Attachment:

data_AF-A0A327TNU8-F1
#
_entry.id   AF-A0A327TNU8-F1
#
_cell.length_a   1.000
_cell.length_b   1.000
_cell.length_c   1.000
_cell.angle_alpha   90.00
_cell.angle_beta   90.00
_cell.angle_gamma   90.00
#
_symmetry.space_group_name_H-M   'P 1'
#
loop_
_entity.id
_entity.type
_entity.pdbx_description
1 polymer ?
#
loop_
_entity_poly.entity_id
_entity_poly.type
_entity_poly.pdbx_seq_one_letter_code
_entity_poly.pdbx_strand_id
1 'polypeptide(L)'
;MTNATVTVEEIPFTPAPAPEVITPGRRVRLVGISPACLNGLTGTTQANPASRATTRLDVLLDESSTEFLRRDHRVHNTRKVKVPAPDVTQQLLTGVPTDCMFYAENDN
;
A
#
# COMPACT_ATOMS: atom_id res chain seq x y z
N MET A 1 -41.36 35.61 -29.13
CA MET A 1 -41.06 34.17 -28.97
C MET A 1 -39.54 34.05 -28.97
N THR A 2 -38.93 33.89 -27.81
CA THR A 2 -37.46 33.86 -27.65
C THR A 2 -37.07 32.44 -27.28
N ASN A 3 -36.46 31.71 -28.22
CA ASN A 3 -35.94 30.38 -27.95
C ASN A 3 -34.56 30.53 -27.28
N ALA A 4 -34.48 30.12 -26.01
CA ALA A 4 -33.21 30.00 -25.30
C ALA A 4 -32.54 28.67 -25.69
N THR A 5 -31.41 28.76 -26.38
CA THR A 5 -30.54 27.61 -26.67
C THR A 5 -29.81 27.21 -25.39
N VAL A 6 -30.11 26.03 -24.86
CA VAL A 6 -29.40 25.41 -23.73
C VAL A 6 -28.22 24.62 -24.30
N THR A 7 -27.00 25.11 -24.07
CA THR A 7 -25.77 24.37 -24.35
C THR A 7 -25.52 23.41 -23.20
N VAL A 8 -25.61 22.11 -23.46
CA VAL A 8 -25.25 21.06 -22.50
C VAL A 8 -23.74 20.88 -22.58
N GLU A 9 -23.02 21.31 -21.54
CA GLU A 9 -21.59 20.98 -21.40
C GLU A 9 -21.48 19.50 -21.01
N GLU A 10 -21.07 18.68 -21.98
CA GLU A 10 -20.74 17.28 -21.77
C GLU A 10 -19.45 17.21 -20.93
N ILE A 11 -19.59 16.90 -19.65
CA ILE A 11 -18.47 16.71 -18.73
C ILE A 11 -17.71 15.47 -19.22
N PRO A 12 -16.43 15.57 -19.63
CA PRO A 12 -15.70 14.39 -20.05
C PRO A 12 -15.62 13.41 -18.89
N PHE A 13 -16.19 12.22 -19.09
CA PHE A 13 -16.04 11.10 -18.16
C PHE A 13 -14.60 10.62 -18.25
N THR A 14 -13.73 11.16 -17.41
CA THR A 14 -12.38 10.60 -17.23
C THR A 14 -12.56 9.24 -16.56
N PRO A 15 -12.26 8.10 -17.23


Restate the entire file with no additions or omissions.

data_AF-A0A327TNU8-F1
#
_entry.id   AF-A0A327TNU8-F1
#
_cell.length_a   1.000
_cell.length_b   1.000
_cell.length_c   1.000
_cell.angle_alpha   90.00
_cell.angle_beta   90.00
_cell.angle_gamma   90.00
#
_symmetry.space_group_name_H-M   'P 1'
#
loop_
_entity.id
_entity.type
_entity.pdbx_description
1 polymer ?
#
loop_
_entity_poly.entity_id
_entity_poly.type
_entity_poly.pdbx_seq_one_letter_code
_entity_poly.pdbx_strand_id
1 'polypeptide(L)'
;MTNATVTVEEIPFTPAPAPEVITPGRRVRLVGISPACLNGLTGTTQANPASRATTRLDVLLDESSTEFLRRDHRVHNTRKVKVPAPDVTQQLLTGVPTDCMFYAENDN
;
A
#
# COMPACT_ATOMS: atom_id res chain seq x y z
N MET A 1 -41.36 35.61 -29.13
CA MET A 1 -41.06 34.17 -28.97
C MET A 1 -39.54 34.05 -28.97
N THR A 2 -38.93 33.89 -27.81
CA THR A 2 -37.46 33.86 -27.65
C THR A 2 -37.07 32.44 -27.28
N ASN A 3 -36.46 31.71 -28.22
CA ASN A 3 -35.94 30.38 -27.95
C ASN A 3 -34.56 30.53 -27.28
N ALA A 4 -34.48 30.12 -26.01
CA ALA A 4 -33.21 30.00 -25.30
C ALA A 4 -32.54 28.67 -25.69
N THR A 5 -31.41 28.76 -26.38
CA THR A 5 -30.54 27.61 -26.67
C THR A 5 -29.81 27.21 -25.39
N VAL A 6 -30.11 26.03 -24.86
CA VAL A 6 -29.40 25.41 -23.73
C VAL A 6 -28.22 24.62 -24.30
N THR A 7 -27.00 25.11 -24.07
CA THR A 7 -25.77 24.37 -24.35
C THR A 7 -25.52 23.41 -23.20
N VAL A 8 -25.61 22.11 -23.46
CA VAL A 8 -25.25 21.06 -22.50
C VAL A 8 -23.74 20.88 -22.58
N GLU A 9 -23.02 21.31 -21.54
CA GLU A 9 -21.59 20.98 -21.40
C GLU A 9 -21.48 19.50 -21.01
N GLU A 10 -21.07 18.68 -21.98
CA GLU A 10 -20.74 17.28 -21.77
C GLU A 10 -19.45 17.21 -20.93
N ILE A 11 -19.59 16.90 -19.65
CA ILE A 11 -18.47 16.71 -18.73
C ILE A 11 -17.71 15.47 -19.22
N PRO A 12 -16.43 15.57 -19.63
CA PRO A 12 -15.70 14.39 -20.05
C PRO A 12 -15.62 13.41 -18.89
N PHE A 13 -16.19 12.22 -19.09
CA PHE A 13 -16.04 11.10 -18.16
C PHE A 13 -14.60 10.62 -18.25
N THR A 14 -13.73 11.16 -17.41
CA THR A 14 -12.38 10.60 -17.23
C THR A 14 -12.56 9.24 -16.56
N PRO A 15 -12.26 8.10 -17.23